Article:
Where Are You Now?
Your team has reviewed all the recommendations stemming from planning meetings and received a workers’ compensation assessment score. One person from the planning team completes the benchmarking questionnaire and the benchmarks are automatically calculated. Print all benchmarks and bring copies to the next team meeting. The 2009 RIMS Benchmark Survey contains benchmarks for Workers’ Compensation operational procedures such as: return to work, cost allocation programs, visiting the medical provider and 7 other steps that companies with low workers’ comp costs routinely do.
Where Are You Going?
A very important (actually critical) part of implementing a top-notch workers’ compensation program is to analyze benchmarks and develop program goals. Knowing company goals, i.e., where you want to go, is as important as knowing where you are now. A systematic method of achieving these goals will save the company money and make your employees happier.
At the risk of being repetitive, benchmarks allow the planning team to set goals for the program. This enables the staff to know what is expected of them before they begin their specific roles in the project.
If employees have written, specific directives they know how high to reach and the process moves along smoothly.
For example, Charity Smith is instructed to research four insurance company positions, such as claims adjustor or medical billing manager. In doing so, she becomes the expert and can report this information back to the team and, in turn, the entire staff. Telling Ms. Smith she is specifically responsible for four pieces of information allows her to know what is expected of her – and gives her the opportunity to exceed what is asked of her. This breakdown of roles and responsibilities causes your company to get the workers’ compensation program into action clearly and quickly.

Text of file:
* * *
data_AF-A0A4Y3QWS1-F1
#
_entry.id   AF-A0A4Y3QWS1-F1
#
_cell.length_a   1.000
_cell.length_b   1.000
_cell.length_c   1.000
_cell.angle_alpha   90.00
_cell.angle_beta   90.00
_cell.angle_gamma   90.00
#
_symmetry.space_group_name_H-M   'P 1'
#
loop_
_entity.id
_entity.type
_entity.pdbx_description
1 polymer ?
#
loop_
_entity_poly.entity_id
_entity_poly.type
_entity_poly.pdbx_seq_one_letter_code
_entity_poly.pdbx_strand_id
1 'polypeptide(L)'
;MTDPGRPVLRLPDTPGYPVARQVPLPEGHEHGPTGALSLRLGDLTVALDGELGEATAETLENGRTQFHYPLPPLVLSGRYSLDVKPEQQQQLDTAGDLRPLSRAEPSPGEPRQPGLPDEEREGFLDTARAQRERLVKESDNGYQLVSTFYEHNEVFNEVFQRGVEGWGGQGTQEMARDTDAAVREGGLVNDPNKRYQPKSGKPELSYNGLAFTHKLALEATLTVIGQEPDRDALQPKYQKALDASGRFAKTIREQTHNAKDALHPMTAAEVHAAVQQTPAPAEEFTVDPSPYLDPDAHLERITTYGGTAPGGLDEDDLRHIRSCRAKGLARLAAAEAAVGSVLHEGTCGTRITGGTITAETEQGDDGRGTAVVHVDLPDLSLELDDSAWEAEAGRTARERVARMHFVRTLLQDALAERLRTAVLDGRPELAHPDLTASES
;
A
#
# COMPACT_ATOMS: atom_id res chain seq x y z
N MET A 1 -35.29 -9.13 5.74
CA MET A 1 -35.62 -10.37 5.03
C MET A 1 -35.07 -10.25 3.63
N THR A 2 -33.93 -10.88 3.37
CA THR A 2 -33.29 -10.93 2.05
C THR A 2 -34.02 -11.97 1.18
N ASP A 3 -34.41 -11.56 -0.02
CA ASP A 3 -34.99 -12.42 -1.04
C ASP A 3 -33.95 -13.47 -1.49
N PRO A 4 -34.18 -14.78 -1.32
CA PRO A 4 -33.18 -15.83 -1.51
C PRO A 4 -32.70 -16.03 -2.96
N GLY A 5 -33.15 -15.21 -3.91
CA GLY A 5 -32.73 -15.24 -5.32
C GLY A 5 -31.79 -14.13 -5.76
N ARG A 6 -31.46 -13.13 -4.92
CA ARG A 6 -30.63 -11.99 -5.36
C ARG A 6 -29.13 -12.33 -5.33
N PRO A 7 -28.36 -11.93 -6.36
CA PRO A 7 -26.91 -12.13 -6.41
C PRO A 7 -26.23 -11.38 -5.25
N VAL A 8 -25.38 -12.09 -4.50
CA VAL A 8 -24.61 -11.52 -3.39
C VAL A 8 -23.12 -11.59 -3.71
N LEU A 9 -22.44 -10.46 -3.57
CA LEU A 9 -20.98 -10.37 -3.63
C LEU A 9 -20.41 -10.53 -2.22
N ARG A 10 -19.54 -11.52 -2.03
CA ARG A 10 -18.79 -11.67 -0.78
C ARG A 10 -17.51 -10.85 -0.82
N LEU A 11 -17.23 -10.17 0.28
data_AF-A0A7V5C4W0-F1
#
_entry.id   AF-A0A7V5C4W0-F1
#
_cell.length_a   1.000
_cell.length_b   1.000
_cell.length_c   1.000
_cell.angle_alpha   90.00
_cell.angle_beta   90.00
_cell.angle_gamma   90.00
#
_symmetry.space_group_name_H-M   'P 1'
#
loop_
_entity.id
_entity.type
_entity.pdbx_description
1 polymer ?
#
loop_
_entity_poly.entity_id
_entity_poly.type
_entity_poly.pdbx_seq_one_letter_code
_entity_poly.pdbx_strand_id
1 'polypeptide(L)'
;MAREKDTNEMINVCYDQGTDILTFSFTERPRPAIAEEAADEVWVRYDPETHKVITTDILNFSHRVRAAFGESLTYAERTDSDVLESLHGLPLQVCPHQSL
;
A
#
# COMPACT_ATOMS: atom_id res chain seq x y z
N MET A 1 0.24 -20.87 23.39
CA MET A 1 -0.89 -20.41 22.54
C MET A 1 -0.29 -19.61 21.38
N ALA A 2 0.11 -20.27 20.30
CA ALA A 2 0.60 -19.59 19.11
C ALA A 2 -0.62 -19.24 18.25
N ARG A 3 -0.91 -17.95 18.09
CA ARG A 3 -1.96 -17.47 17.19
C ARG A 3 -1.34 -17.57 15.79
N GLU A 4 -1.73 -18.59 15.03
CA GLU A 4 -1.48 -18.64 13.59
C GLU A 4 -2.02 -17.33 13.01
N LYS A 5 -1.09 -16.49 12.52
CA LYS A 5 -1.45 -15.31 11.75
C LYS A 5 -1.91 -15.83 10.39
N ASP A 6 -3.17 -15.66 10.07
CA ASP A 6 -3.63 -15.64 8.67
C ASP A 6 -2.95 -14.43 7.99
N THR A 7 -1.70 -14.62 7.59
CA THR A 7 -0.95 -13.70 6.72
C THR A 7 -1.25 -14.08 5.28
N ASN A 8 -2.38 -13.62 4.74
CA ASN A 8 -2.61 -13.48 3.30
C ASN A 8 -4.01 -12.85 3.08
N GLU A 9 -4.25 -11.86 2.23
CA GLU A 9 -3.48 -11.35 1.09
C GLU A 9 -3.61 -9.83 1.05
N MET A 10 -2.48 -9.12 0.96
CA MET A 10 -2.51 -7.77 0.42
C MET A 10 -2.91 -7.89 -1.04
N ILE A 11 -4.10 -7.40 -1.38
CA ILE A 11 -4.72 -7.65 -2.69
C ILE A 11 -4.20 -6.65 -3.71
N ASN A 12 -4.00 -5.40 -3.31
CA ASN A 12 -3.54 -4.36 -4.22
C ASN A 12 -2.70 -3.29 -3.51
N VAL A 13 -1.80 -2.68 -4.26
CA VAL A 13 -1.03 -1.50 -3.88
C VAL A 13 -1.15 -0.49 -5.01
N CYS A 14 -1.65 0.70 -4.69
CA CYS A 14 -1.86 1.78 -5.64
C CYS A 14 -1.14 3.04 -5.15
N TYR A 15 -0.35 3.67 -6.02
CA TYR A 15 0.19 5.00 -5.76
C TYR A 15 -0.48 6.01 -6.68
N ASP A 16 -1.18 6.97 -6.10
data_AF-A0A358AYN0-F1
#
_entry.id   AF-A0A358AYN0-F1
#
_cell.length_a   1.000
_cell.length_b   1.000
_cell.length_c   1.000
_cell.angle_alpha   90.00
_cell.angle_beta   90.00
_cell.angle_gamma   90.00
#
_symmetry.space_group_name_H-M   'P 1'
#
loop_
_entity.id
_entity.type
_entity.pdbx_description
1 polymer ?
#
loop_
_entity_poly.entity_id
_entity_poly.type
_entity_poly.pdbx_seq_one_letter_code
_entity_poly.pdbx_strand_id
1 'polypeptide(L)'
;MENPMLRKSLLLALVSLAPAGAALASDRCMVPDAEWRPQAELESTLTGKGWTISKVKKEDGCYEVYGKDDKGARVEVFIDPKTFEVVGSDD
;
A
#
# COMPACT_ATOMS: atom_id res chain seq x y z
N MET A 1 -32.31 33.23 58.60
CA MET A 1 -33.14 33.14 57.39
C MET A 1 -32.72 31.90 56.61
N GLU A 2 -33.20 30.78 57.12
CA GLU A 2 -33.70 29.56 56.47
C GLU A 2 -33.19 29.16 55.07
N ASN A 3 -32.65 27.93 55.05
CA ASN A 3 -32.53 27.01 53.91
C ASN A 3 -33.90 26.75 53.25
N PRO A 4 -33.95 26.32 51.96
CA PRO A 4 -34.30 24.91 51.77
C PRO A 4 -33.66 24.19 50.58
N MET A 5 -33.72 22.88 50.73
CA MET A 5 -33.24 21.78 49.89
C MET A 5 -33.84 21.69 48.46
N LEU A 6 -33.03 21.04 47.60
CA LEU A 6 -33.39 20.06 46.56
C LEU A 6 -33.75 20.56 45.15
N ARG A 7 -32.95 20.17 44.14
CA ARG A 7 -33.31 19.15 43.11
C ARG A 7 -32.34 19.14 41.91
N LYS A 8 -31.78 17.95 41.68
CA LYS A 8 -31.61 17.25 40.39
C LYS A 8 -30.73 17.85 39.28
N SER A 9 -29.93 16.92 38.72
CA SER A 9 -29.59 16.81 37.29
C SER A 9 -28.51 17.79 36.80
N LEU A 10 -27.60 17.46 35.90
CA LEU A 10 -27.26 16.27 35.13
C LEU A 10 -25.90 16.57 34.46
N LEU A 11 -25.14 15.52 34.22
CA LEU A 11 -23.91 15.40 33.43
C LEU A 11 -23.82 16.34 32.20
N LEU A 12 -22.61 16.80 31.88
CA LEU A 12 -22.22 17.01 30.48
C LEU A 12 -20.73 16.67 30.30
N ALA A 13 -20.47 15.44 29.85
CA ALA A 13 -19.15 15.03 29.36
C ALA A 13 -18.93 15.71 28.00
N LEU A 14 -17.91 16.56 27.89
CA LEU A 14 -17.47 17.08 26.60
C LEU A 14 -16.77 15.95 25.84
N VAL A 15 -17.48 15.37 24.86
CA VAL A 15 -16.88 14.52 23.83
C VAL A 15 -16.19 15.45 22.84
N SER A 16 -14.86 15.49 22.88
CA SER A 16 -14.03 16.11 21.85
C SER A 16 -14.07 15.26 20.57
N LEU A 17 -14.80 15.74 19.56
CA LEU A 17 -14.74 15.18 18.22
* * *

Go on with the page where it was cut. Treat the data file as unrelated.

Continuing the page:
As a team, discuss the benchmarks and compare them to your company’s current baselines. Using these comparisons, you identify gaps between current and best practices. This is a good yardstick for establishing goals for performance and improvement by setting preliminary injury rates, return-to-work ratios and lost-workday goals. (workersxzcompxzkit)
Even if injury rates are consistent with industry benchmarks, your goal is to beat the industry average. Your ultimate goal may be to become best-in-class.
Author Robert Elliott can be contacted at: Robert_Elliott@ReduceYourWorkersComp.com or 860-553-6604.
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Do not use this information without independent verification. All state laws vary. You should consult with your insurance broker or agent about workers’ comp issues.
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